The two candidates for North Carolina Supreme Court point to cases they say best define their judicial philosophy.
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By Mark Binker
RALEIGH, N.C. — During a forum Wednesday night, the candidates for North Carolina Supreme Court were asked which case they had authored best defined their judicial philosophy.
Paul Newby, the incumbent, pointed to Southeastern Jurisdictional Admin. Council, Inc. v. Emerson The case involved whether a land management association in the Lake Junaluska could charge fees to property owners even if those fees weren't specifically authorized by the deeds. The court upheld the fees due to the association's unique history.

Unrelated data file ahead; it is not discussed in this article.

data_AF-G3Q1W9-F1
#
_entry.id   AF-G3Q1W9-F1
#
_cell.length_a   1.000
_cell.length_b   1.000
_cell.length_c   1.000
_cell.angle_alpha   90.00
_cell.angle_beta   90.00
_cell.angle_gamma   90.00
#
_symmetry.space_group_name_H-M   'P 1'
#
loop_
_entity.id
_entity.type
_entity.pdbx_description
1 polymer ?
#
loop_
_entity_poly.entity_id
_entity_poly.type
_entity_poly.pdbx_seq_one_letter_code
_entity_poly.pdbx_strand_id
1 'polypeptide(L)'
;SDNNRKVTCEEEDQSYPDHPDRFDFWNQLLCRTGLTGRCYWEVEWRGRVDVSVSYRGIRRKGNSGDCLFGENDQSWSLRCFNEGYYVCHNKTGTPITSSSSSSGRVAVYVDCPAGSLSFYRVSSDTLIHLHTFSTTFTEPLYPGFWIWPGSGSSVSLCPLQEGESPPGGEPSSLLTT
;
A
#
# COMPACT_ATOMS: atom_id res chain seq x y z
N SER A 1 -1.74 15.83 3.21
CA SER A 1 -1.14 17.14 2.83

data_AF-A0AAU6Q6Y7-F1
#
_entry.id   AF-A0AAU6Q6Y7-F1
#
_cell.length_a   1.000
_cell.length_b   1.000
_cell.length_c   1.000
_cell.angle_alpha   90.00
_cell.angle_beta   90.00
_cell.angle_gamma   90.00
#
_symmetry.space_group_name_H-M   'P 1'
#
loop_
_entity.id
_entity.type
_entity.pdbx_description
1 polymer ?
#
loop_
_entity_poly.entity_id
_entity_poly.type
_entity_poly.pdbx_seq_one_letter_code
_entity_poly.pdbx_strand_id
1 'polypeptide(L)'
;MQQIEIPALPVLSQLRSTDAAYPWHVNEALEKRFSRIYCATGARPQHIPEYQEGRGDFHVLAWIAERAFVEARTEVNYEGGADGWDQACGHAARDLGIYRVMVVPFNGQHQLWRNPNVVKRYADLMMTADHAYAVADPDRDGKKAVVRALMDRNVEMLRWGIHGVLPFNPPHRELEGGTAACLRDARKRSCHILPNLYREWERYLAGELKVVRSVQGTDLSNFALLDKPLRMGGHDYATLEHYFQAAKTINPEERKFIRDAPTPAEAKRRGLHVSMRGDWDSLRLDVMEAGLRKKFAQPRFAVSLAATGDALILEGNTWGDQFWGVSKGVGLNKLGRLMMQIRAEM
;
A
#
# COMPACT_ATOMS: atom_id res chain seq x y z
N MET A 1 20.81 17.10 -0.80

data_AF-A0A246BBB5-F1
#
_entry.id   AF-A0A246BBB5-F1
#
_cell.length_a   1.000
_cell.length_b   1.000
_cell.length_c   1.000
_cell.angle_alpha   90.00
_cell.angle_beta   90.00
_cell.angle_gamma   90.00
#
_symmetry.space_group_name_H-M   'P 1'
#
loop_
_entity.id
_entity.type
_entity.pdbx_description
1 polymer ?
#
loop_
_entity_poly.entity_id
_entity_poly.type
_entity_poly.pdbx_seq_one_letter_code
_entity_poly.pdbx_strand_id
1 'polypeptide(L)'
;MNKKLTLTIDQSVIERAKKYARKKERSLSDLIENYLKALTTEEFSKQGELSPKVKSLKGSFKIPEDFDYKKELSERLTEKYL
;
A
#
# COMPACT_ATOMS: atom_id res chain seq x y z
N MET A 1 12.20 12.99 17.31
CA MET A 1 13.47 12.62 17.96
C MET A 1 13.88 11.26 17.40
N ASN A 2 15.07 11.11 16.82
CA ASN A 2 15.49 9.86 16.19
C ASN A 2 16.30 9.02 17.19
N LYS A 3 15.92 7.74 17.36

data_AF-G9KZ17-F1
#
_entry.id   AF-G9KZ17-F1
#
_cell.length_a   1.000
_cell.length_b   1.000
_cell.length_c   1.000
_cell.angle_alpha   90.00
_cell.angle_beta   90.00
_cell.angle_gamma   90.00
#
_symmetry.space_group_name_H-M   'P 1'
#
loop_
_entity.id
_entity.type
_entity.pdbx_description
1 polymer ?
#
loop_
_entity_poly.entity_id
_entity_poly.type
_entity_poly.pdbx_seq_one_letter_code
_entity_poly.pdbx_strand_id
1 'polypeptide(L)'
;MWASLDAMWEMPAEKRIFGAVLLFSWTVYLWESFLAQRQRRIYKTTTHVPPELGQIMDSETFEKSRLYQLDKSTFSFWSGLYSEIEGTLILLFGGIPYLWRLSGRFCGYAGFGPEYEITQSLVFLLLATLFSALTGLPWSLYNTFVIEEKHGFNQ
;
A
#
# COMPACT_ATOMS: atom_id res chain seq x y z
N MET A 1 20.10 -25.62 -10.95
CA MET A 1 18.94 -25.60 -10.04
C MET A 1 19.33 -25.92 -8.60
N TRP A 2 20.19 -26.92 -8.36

"Folks knew what they were buying when they bought there," Newby said. The fees, he said, were needed to light streetlights, pave roads and otherwise provide for common areas of the development. Documents in this case, he said, were out of date because they were first recorded in the 1920s. But those technical problems, he said, shouldn't stand in the way of common sense.
"When the law and common sense align, then I think that's a proper outcome ... instead of getting caught up on a technicality.
Sam Ervin, the challenger and a sitting appeals court judge, pointed to Newcomb vs Carteret. The case involved the property rights of the owners of land that abutted a harbor build by the Army Corps of Engineers. For example could landowners build dockets into the harbor or otherwise use the harbor.
"To reach that decision we had to interpret some rather elderly documents," Ervin said. He described the decision in the case as "common sense."